Missoula BLM prepares for prescribed burns in Blackfoot River watershed

BLM Office:

Western Montana District Office



Media Contact:

David Abrams

The Bureau of Land Management’s Missoula Field Office is getting ready for prescribed burning in the Blackfoot River Corridor in the coming weeks. 


If conditions allow the BLM plans to burn multiple units within Missoula County ranging in size from 40 acres to 650 acres this fall along Blackfoot River between Nine Mile Prairie and Johnsrud Park.  


These prescribed burns will likely occur between mid-September and the end of October, dependent on weather and fuel conditions and would be carried out with a combination of aerial ignition by helicopter and ground ignition using drip torches.  


“Wildfire activity has moderated across the region.” noted Dan Poole, Fire Management Specialist with the Missoula Field Office. “We want to be prepared to make progress on our fuels treatment projects when weather conditions turn favorable.”   


Each of these burns will produce smoke and could take several days to complete. Smoke impacts are carefully considered in coordination with smoke and air quality managers from Missoula County and the State of Montana.  


The BLM is coordinating closely with staff from the Montana Department of Natural Resources and Conservation on these projects. In the Missoula Field Office, the DNRC provides fire suppression support for BLM-administered public lands and more recently has also provided prescribed burn support.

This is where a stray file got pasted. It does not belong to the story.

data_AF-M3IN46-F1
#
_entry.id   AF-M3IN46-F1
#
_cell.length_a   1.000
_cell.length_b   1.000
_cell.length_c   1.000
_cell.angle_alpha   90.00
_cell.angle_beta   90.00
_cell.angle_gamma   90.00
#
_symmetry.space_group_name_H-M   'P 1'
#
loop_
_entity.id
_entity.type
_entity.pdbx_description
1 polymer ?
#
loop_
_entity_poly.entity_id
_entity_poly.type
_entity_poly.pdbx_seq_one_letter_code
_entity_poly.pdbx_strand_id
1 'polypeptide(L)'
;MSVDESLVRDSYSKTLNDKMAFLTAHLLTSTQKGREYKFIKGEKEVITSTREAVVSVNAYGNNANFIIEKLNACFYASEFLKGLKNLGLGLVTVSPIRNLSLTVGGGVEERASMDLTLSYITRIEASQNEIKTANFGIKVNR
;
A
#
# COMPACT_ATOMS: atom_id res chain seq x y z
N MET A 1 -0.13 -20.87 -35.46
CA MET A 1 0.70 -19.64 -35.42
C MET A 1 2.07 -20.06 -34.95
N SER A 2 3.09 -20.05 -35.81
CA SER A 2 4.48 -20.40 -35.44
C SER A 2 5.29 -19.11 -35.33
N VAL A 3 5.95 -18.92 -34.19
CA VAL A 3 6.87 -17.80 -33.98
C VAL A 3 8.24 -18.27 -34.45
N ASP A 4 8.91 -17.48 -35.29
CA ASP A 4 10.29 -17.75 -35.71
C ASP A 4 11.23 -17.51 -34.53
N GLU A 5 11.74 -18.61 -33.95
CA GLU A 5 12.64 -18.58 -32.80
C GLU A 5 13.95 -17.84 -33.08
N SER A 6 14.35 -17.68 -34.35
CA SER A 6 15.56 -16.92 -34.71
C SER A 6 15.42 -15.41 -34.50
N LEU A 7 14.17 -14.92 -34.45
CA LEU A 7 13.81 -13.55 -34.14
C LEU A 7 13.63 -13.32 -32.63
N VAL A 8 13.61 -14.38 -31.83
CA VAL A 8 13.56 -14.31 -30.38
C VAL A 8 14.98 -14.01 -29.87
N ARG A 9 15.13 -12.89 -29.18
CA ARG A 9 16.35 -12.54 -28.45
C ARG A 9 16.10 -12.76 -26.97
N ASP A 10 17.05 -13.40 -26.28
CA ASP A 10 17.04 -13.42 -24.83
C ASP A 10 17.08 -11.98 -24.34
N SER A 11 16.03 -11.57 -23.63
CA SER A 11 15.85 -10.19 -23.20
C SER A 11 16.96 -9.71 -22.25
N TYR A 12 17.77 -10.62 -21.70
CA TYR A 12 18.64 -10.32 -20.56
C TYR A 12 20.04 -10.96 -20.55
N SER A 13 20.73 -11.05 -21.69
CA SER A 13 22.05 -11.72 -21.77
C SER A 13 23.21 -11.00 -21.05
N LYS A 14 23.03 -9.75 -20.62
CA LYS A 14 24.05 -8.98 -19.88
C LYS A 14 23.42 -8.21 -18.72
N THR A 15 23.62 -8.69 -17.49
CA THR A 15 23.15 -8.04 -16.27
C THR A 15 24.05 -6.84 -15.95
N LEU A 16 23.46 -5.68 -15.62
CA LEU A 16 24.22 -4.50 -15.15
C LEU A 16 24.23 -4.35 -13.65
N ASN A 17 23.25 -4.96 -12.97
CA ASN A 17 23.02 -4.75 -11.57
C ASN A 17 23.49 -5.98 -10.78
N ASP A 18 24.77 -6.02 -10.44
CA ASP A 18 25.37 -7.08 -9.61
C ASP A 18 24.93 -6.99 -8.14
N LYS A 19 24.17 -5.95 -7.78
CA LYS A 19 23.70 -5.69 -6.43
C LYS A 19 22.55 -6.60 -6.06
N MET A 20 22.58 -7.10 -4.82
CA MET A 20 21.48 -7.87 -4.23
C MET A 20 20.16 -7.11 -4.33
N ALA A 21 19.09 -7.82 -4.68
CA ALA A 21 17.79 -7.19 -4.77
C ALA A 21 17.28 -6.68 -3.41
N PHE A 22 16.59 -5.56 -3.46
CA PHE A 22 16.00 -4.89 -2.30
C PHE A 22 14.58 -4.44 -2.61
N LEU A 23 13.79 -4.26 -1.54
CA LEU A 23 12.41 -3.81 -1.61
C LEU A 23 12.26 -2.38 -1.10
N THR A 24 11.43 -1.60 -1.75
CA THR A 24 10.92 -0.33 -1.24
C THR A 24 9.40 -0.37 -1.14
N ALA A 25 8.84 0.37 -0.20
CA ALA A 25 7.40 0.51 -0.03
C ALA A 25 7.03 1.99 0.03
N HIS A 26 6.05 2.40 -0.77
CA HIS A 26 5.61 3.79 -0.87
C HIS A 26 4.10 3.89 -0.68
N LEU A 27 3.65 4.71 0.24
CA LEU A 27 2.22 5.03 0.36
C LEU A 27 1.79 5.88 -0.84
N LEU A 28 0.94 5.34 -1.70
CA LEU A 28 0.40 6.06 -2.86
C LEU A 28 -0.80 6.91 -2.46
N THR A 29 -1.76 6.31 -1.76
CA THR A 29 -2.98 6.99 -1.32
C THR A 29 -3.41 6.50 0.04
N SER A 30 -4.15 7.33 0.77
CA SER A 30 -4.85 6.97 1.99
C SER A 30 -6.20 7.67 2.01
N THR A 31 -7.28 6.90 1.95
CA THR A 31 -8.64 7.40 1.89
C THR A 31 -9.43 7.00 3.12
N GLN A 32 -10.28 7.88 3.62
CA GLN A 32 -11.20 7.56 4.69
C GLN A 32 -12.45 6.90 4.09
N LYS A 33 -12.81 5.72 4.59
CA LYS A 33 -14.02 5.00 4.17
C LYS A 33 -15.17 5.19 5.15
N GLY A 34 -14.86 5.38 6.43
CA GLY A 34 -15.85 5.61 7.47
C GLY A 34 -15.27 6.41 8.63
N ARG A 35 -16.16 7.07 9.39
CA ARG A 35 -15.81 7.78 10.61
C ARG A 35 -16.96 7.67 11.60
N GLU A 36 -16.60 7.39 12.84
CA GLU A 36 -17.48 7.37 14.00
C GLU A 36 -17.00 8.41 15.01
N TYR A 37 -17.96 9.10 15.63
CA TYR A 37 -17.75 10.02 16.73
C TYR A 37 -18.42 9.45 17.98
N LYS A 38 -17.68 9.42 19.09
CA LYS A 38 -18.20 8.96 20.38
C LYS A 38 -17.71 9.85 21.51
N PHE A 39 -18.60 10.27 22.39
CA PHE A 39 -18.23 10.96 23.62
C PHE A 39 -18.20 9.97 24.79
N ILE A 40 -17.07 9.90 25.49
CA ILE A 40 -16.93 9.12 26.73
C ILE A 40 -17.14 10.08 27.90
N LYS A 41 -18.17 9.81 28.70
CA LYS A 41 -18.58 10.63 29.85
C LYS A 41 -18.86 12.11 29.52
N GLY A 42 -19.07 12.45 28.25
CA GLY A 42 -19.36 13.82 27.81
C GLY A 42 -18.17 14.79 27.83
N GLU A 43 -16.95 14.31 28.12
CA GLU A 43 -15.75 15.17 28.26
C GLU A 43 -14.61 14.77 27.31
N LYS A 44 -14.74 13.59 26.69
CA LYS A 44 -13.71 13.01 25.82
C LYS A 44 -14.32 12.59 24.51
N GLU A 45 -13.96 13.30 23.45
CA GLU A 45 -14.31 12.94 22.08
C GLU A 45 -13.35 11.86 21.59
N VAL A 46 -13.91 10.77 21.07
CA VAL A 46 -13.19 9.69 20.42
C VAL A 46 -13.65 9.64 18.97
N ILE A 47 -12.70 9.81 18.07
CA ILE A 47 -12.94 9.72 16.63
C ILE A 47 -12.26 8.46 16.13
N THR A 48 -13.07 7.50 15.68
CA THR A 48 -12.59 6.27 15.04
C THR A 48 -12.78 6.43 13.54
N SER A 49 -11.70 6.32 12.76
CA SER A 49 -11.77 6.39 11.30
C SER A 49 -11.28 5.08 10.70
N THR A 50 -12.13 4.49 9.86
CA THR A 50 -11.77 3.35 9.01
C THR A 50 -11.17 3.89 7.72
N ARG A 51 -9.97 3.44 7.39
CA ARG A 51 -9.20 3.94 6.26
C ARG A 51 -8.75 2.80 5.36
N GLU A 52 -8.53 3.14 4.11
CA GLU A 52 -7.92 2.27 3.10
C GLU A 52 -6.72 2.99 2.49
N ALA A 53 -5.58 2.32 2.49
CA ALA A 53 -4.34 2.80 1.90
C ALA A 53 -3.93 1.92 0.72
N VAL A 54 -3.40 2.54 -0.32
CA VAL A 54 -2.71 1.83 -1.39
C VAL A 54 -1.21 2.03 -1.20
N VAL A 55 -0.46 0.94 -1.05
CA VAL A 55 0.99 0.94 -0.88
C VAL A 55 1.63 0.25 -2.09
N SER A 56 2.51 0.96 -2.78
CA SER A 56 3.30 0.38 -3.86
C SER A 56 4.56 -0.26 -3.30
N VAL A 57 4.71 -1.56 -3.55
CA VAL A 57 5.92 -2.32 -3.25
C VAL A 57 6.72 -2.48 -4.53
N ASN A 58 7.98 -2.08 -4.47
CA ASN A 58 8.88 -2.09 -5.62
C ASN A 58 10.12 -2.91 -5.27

Missoula BLM managers have been keeping a close eye on recent weather forecasts and feel the timing could be right in the upcoming weeks for a prescribed burn in the Blackfoot. “If we get the conditions needed, these prescribed burns would be intentionally ignited and managed to create defensible space and restore forest health.”  said Missoula Field Manager Erin Carey.


Prescribed fire is a critical tool to reduce hazardous fuels and restore historic vegetative conditions on the landscape. By removing the smaller vegetation, or “ladder fuels,” land managers can create fuel breaks that can serve to reduce wildfire intensity and provide firefighters more opportunities to safely engage wildfires.  


Additionally, the prescribed burns will benefit wildlife by accelerating tree growth to create large-diameter Douglas fir, ponderosa pine, and western larch forests and will create intermittent openings to allow for increased amounts of forbs, shrubs, and grasses.  


For more information about the upcoming prescribed burns, call the Missoula Field Office at (406) 329-3869. 


The BLM manages more than 245 million acres of public land located primarily in 12 western states, including Alaska, on behalf of the American people. The BLM also administers 700 million acres of sub-surface mineral estate throughout the nation. Our mission is to sustain the health, diversity, and productivity of America’s public lands for the use and enjoyment of present and future generations.